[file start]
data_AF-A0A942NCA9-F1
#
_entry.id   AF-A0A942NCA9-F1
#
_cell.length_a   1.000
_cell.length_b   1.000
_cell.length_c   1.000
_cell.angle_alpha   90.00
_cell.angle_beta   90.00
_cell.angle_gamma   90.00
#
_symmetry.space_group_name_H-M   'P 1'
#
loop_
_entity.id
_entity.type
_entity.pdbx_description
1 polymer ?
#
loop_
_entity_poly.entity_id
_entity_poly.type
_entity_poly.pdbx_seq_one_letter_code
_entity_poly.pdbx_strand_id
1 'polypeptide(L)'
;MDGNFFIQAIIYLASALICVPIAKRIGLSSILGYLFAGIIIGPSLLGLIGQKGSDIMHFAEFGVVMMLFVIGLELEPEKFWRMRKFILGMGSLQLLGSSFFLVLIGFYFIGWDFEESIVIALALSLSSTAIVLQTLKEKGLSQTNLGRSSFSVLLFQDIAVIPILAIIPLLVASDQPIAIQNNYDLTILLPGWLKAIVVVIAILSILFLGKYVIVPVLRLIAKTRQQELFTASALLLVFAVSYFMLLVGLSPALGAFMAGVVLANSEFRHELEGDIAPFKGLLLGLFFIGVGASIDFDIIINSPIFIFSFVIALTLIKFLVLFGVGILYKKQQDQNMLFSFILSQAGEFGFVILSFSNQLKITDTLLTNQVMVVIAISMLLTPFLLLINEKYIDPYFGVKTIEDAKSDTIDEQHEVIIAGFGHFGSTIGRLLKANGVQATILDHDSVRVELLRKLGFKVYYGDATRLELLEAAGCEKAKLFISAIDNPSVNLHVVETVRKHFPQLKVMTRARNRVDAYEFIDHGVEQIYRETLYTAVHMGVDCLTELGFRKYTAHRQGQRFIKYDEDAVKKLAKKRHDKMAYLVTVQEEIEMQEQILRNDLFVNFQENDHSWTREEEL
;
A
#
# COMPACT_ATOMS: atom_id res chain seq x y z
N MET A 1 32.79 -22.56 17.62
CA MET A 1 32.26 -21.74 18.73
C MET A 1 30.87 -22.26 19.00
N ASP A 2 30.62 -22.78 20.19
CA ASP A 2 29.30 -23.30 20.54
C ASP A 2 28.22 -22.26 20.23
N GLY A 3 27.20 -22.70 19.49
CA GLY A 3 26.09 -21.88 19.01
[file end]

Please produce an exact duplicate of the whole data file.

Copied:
data_AF-A0A942NCA9-F1
#
_entry.id   AF-A0A942NCA9-F1
#
_cell.length_a   1.000
_cell.length_b   1.000
_cell.length_c   1.000
_cell.angle_alpha   90.00
_cell.angle_beta   90.00
_cell.angle_gamma   90.00
#
_symmetry.space_group_name_H-M   'P 1'
#
loop_
_entity.id
_entity.type
_entity.pdbx_description
1 polymer ?
#
loop_
_entity_poly.entity_id
_entity_poly.type
_entity_poly.pdbx_seq_one_letter_code
_entity_poly.pdbx_strand_id
1 'polypeptide(L)'
;MDGNFFIQAIIYLASALICVPIAKRIGLSSILGYLFAGIIIGPSLLGLIGQKGSDIMHFAEFGVVMMLFVIGLELEPEKFWRMRKFILGMGSLQLLGSSFFLVLIGFYFIGWDFEESIVIALALSLSSTAIVLQTLKEKGLSQTNLGRSSFSVLLFQDIAVIPILAIIPLLVASDQPIAIQNNYDLTILLPGWLKAIVVVIAILSILFLGKYVIVPVLRLIAKTRQQELFTASALLLVFAVSYFMLLVGLSPALGAFMAGVVLANSEFRHELEGDIAPFKGLLLGLFFIGVGASIDFDIIINSPIFIFSFVIALTLIKFLVLFGVGILYKKQQDQNMLFSFILSQAGEFGFVILSFSNQLKITDTLLTNQVMVVIAISMLLTPFLLLINEKYIDPYFGVKTIEDAKSDTIDEQHEVIIAGFGHFGSTIGRLLKANGVQATILDHDSVRVELLRKLGFKVYYGDATRLELLEAAGCEKAKLFISAIDNPSVNLHVVETVRKHFPQLKVMTRARNRVDAYEFIDHGVEQIYRETLYTAVHMGVDCLTELGFRKYTAHRQGQRFIKYDEDAVKKLAKKRHDKMAYLVTVQEEIEMQEQILRNDLFVNFQENDHSWTREEEL
;
A
#
# COMPACT_ATOMS: atom_id res chain seq x y z
N MET A 1 32.79 -22.56 17.62
CA MET A 1 32.26 -21.74 18.73
C MET A 1 30.87 -22.26 19.00
N ASP A 2 30.62 -22.78 20.19
CA ASP A 2 29.30 -23.30 20.54
C ASP A 2 28.22 -22.26 20.23
N GLY A 3 27.20 -22.70 19.49
CA GLY A 3 26.09 -21.88 19.01